James McCormick Family image. Click for full size.
3. James McCormick Family
Baltimore, Maryland, c. 1805.
This painting, in the collection of the Maryland Historical Society, was on the right on the marker.
Morgan State University; and Pearl D. Brown, Vice President, Banneker-Douglass Museum Foundation, Inc.
 
Regarding Joshua Johnson. Joshua Johnson (circa 1763–1832) was the first African American to make his living making art.

Johnson's worked primarily in Baltimore, Maryland, and may have studies under Charles Wilson Peale. At present, there are more than 80 extant works attributed to Johnson.

The most extensive document of his life and work thus far is the 1987 exhibition catalogue Joshua Johnson: Freeman and Early American Portrait Painter.
 
Additional comments.
1. Josshua Johnson
Portrait Artist and "Self-Taught Genius"

“Joshua Johnson, the earliest known free-black portrait painter in America, remained unknown until 1939. His unique story has evolved slowly as scholars have pieced together works attributed to him as well as documents related to his personal history. Chattel records affirm that Johnson was a "light mullatto,"~ born to an enslaved woman owned by William Wheeler, Sr. of Baltimore, and a white man, George Johnson (Johnston). On October 6, 1764 Wheeler sold Johnson to his father for $25 and arranged for his son to apprentice as a blacksmith. In 1796, the Baltimore city directory lists Johnson as a portrait
Elisha Stansbury image. Click for full size.
By Allen C. Browne, September 5, 2015
4. Elisha Stansbury
This c. 1815 portrait of Elijah Stansbury by Joshua Johnson hangs in the Maryland Historical Society Museum in Baltimore, Maryland.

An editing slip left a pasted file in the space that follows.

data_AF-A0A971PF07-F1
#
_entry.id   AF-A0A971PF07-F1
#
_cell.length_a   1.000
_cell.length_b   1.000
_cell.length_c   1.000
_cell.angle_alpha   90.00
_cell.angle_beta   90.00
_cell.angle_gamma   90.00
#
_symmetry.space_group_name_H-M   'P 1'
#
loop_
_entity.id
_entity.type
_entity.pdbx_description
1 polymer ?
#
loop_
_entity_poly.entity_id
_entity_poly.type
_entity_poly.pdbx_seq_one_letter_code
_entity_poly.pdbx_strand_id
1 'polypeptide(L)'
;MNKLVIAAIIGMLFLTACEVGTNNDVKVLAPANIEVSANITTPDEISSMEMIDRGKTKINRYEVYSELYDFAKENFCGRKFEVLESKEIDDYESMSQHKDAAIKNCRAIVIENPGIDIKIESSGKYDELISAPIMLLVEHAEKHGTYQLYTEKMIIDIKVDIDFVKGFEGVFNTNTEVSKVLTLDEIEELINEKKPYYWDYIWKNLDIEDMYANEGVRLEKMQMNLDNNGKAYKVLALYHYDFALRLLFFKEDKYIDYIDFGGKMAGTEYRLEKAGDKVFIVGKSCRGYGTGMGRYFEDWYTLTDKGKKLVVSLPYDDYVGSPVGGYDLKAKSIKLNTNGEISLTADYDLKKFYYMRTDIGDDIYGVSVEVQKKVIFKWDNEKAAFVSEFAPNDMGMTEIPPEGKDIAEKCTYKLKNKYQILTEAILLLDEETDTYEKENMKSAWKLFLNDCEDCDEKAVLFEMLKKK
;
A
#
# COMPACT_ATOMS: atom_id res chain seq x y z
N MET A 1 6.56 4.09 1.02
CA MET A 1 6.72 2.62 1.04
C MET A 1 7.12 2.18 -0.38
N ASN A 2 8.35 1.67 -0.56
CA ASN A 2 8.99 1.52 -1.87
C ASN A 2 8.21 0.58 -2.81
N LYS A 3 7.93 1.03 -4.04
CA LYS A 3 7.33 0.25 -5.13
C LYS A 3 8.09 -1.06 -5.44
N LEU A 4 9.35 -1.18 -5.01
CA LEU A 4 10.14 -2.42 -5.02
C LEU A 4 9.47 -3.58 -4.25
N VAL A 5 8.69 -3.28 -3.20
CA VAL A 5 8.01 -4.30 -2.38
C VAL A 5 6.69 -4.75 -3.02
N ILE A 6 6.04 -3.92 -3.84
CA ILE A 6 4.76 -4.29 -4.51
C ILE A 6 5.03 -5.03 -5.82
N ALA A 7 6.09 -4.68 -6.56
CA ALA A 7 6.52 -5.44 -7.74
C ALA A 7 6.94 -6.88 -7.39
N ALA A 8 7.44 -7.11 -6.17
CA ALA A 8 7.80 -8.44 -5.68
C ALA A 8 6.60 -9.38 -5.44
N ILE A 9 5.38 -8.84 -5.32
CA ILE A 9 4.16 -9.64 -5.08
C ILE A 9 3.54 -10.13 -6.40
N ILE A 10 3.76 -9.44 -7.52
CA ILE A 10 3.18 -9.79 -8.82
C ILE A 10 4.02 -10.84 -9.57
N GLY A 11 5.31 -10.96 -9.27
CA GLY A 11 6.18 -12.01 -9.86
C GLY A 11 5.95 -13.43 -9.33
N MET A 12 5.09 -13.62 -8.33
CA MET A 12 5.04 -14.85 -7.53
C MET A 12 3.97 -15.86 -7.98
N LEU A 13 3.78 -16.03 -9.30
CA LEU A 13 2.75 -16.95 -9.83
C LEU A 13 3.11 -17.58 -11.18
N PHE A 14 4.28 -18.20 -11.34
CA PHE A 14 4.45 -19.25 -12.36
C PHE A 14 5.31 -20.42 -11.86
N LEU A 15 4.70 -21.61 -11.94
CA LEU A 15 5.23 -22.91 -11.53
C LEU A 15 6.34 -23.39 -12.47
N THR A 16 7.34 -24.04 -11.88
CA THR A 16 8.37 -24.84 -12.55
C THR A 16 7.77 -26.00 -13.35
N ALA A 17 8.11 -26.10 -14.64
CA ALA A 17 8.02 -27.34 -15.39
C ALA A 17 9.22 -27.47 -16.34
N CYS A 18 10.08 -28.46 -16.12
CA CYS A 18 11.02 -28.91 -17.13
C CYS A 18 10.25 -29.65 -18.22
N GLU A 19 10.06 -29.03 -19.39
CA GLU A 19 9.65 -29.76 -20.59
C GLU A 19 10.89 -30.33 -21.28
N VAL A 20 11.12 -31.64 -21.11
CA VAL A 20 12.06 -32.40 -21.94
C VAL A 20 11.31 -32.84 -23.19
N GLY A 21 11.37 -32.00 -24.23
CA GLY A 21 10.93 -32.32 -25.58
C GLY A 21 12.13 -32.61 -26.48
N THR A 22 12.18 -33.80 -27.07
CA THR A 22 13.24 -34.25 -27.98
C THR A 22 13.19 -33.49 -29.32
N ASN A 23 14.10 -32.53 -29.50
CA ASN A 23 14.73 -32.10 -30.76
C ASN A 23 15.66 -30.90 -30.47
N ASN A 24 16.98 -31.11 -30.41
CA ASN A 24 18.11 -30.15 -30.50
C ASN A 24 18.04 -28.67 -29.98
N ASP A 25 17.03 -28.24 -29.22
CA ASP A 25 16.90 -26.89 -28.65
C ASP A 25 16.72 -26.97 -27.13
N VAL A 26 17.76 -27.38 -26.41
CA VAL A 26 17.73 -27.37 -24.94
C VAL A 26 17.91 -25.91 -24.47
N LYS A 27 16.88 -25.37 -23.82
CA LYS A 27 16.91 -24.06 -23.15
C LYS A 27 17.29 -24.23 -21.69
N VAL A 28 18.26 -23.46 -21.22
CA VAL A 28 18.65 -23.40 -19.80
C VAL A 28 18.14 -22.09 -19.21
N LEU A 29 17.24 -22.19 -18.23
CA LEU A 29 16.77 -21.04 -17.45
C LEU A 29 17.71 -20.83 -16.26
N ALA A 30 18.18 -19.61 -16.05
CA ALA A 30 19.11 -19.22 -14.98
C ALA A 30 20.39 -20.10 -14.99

painter living between Hanover and Howard Street. On Decemher 19, 1798 Johnson placed his first advertisement in the Baltimore Advertiser, describing himself as a "self-taught genius." In the early nineteenth-century, portraits were expensive luxury items. While the wealthy of the city patronized Rembrandt Peale and Thomas Sully, Johnson offered more affordable paintings to the rising middle-class residents in his neighborhood.” — Maryland Historical Society Museum Label.
    — Submitted December 18, 2016, by Allen C. Browne of Silver Spring, Maryland.

 
Categories. African AmericansArts, Letters, Music
 
Charles Burnett image. Click for full size.
By Allen C. Browne, May 28, 2016
5. Charles Burnett
This c. 1812 portrait of Charles Burnett by Joshua Johnson hangs in the Maryland Historical Museum in Baltimore, Maryland.
Mary Anne Jewins Burnett image. Click for full size.
By Allen C. Browne, May 28, 2016
6. Mary Anne Jewins Burnett
This c. 1812 portrait of Mary Anne Jewins Burnett by Joshua Johnson hangs in the Maryland Historical Society Museum in Baltimore, Maryland.
 
 
Credits. This page was last revised on December 19, 2016. This page originally submitted on July 23, 2008, by Christopher Busta-Peck of Shaker Heights, Ohio. This page has been viewed 3,810 times since then and 75 times this year. Photos:   1. submitted on July 29, 2008, by Christopher Busta-Peck of Shaker Heights, Ohio.   2, 3. submitted on July 23, 2008, by Christopher Busta-Peck of Shaker Heights, Ohio.   4, 5, 6. submitted on December 18, 2016, by Allen C. Browne of Silver Spring, Maryland.